You may know Ellen Lupton because she curated your favorite exhibit at Cooper Hewitt, Smithsonian Design Museum. You may know Ellen Lupton because she was the director of your graduate design program at MICA. You may know Ellen Lupton because AIGA awarded her a medal for her contributions to the field of design. Or you may know Ellen Lupton because you are reading one of her design books right now.
What you may not know is that Ellen Lupton is interested in design as a tactile experience, and has been lecturing over the past year on the ways designers can engage the senses. I was delighted to talk with Ellen recently, and she had intriguing things to say about how design experiences can go far beyond the visual.
AIGA DC: Please tell us a little bit about your upcoming talk at TEDxMidAtlantic.
Ellen Lupton: I will talk about design for the senses. I’ll look past design as a visual medium to design as tactile, audio, olfactory, embodied—your whole physical experience. I’ll be sharing research for an exhibition I’m working on at Cooper Hewitt. We’re researching what designers are doing to engage the whole person and not just the eyeballs. We are looking at inclusive design that speaks to sensory disabilities or neurological differences. That’s part of our challenge and charge as designers: to create experiences for everybody. Thinking about the senses and creating things that aren’t only visual is super important to inclusive design.
AIGA DC: You mentioned there is research and interest around this. What are other people doing to explore this kind of design?
Ellen Lupton: All kinds of things. For example, designers are creating interactive, multisensory crosswalks that use sound and texture and light to help people safely cross the street. There’s a scent player for people with Alzheimer’s disease, which creates a different scent related to food at morning, noon and night. This helps stimulate appetite for people who have a hard time wanting to eat. This beautiful product uses sensory rhythms to help people enjoy life and be healthier.
AIGA DC: We’re talking about design as a physical, tactile experience. Do you feel like design gets pigeon-holed into things that are purely aesthetic or purely visual?
Ellen Lupton: Yes, we tend to think of design as a visual art, yet vision overlaps with the other senses. For example, color can enhance your sense of smell or taste. Designers use color to convey emotional and sensory ideas. Candy color, jewel color, earth color, the color of coffee, chocolate — all those references suggest a color world. Designers can use color to connect the dots to all our senses.
AIGA DC: Has there been a lot of positive reception to the idea of design as a physical experience?
Ellen Lupton: I’ve been giving talks about this the topic for the last year or so, and I’ve been trying to create experiences for people in the audience. Instead of showing a lot of data, I say, “Try it!” People seem really interested, and they really want to share their experiences. Everybody can connect to this subject, which opens up another area for designers to explore. Design for the senses is very warm; it’s very human.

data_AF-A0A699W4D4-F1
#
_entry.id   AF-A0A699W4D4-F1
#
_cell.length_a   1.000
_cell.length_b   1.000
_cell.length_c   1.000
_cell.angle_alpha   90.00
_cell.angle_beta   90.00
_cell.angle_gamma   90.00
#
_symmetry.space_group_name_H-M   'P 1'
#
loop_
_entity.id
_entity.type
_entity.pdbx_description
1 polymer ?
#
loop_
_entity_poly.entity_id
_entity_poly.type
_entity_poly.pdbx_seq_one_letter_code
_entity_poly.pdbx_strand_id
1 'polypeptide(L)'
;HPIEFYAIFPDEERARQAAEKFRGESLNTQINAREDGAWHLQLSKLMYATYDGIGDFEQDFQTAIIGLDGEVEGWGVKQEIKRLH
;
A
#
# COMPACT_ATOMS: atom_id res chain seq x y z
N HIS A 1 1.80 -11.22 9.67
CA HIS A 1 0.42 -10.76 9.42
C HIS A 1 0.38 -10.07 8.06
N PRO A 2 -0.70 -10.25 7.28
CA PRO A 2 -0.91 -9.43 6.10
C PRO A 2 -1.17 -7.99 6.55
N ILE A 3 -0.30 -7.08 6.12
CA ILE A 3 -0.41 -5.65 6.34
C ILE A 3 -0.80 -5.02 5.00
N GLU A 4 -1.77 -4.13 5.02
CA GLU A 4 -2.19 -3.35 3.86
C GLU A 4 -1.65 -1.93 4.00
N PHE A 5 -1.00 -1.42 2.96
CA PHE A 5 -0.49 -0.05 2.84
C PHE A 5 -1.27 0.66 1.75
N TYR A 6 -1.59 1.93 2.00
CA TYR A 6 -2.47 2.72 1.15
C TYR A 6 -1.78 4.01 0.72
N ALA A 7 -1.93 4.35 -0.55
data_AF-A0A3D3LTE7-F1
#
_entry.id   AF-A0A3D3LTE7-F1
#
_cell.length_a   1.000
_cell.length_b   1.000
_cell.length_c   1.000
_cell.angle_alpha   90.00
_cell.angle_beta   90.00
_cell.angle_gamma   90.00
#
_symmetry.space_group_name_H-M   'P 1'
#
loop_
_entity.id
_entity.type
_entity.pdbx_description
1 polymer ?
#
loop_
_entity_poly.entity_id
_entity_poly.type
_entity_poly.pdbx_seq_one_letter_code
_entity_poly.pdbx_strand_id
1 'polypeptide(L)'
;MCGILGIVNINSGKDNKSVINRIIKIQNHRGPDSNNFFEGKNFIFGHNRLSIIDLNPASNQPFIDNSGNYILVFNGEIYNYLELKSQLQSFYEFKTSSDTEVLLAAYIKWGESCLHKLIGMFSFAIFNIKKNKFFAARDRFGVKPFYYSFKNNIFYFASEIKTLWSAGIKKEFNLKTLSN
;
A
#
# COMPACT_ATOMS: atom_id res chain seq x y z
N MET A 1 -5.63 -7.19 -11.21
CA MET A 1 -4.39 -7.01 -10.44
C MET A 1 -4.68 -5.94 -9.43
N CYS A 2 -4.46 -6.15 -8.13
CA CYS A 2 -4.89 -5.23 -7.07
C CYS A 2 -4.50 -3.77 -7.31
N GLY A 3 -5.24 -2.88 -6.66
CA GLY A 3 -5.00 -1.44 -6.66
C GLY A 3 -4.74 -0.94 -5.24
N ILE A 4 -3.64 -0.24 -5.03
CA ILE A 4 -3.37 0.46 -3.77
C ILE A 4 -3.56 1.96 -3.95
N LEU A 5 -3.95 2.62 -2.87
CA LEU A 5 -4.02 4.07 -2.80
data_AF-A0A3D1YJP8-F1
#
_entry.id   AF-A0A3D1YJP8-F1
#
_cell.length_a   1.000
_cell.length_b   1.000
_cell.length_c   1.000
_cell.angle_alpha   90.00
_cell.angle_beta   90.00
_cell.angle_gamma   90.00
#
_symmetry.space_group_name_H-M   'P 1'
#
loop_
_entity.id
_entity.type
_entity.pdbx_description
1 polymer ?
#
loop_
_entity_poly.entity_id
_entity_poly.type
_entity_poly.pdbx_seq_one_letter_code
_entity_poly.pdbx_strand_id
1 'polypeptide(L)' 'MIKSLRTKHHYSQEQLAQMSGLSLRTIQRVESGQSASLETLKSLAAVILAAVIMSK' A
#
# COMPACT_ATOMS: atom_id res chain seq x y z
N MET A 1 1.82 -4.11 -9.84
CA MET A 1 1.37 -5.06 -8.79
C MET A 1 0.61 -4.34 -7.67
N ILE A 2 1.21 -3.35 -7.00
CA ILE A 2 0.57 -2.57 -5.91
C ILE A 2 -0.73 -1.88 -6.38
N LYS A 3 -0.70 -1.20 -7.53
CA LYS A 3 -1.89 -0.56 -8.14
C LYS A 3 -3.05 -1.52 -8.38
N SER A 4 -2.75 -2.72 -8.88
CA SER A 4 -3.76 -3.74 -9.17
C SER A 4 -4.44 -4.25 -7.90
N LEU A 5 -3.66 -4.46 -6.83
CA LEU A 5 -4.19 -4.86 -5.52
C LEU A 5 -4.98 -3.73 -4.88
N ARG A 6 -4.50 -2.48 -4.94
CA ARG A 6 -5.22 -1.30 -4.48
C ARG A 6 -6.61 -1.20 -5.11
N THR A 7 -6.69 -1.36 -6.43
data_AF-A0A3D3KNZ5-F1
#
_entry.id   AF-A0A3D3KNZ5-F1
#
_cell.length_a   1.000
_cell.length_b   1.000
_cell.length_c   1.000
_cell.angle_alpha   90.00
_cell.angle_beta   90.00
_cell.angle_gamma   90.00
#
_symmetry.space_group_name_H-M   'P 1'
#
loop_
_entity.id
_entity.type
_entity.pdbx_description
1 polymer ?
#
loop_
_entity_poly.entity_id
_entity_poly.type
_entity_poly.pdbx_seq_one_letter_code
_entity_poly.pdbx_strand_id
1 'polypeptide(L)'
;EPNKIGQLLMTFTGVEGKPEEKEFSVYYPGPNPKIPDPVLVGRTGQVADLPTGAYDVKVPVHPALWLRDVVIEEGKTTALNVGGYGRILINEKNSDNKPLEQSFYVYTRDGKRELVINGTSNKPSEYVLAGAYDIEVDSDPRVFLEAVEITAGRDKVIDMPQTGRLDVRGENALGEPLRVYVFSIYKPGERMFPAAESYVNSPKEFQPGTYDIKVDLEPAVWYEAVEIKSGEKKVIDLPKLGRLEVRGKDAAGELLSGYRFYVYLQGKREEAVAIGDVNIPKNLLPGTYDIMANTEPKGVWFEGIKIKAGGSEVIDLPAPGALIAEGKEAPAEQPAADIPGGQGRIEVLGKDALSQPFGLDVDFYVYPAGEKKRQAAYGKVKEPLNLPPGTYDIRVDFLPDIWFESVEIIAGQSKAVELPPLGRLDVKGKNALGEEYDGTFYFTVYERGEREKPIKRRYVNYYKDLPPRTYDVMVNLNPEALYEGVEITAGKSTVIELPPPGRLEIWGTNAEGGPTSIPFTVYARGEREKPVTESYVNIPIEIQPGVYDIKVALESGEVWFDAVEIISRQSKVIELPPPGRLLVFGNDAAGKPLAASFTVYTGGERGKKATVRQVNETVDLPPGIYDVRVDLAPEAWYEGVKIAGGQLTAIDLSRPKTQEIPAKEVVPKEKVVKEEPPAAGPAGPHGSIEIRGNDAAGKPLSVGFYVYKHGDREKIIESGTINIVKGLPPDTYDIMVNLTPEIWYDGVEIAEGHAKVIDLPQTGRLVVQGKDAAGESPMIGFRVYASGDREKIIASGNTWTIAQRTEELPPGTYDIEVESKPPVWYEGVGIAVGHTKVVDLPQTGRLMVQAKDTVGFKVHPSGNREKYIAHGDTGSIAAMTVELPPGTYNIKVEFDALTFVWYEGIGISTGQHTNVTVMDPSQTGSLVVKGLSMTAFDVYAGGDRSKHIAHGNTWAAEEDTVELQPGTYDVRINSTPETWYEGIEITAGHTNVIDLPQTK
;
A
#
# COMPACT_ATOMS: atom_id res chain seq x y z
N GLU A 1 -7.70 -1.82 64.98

AIGA DC: Do you feel designers need to connect with other people in a more human way?
Ellen Lupton: Increasingly, designers understand they need to connect with people. The old model defines the designer as someone who controls behavior — you create brands and rules and identity standards that dictate how people behave. That model has been called into question by the design thinking movement, which emphasizes empathy and a human-centered perspective. Designers are no longer just throwing things at users. We are in a feedback loop with them. That’s what’s in the air in the design world right now: more openness to human feedback. Digital design requires user testing, use cases, and analysis of what users want. But it’s really important to pull in tactility and physical materiality. I think digital design has opened up a huge user-oriented community in the design world, but that we can’t lose sight of the physical and those experiences that can’t be digitized. You can’t pixelate smell.
AIGA DC: Do you feel children have a special relationship with sensory experiences that maybe adults have forgotten?
Ellen Lupton: Yes, I think adults have become so reliant on literacy as our primary interface with the world. Literacy is very visual for sighted people. Kids are more open to tactility and shapes and molding and interacting with things in a more physical and embodied way. Kids are little makers.
AIGA DC: How do you explain to kids what design is?
Ellen Lupton: When you tell kids, “We’re going to do art,” they immediately think of drawing— and drawing uses lines. When I do graphic design with kids at Cooper Hewitt, I say, “We’re not going to make lines, we’re going to make shapes.” And right there, you have a different mindset. We work with Avery dots and stickers and we cut shapes out of paper instead of making lines. And suddenly, we’re in a building mode, we’re more constructive. We’re putting things together. Design is also about making things that are useful. When kids are doing “art,” they might think, “I’m drawing a house, and here’s a person.” But when you ask them to design, you ask questions like, “What do you think your room should look like?” or, “If you were going to make the best backpack, what features would it have?” Design becomes not about representing what is, but imagining — and imagining things that are useful. Design is art that people use.
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You can attend Ellen’s talk at TEDxMidAtlantic, which takes place in Washington, D.C., from Oct. 21-22. Be sure to check out more great design events during DC Design Week, Oct. 21-29.
Photo by Andrew Bossi, Flickr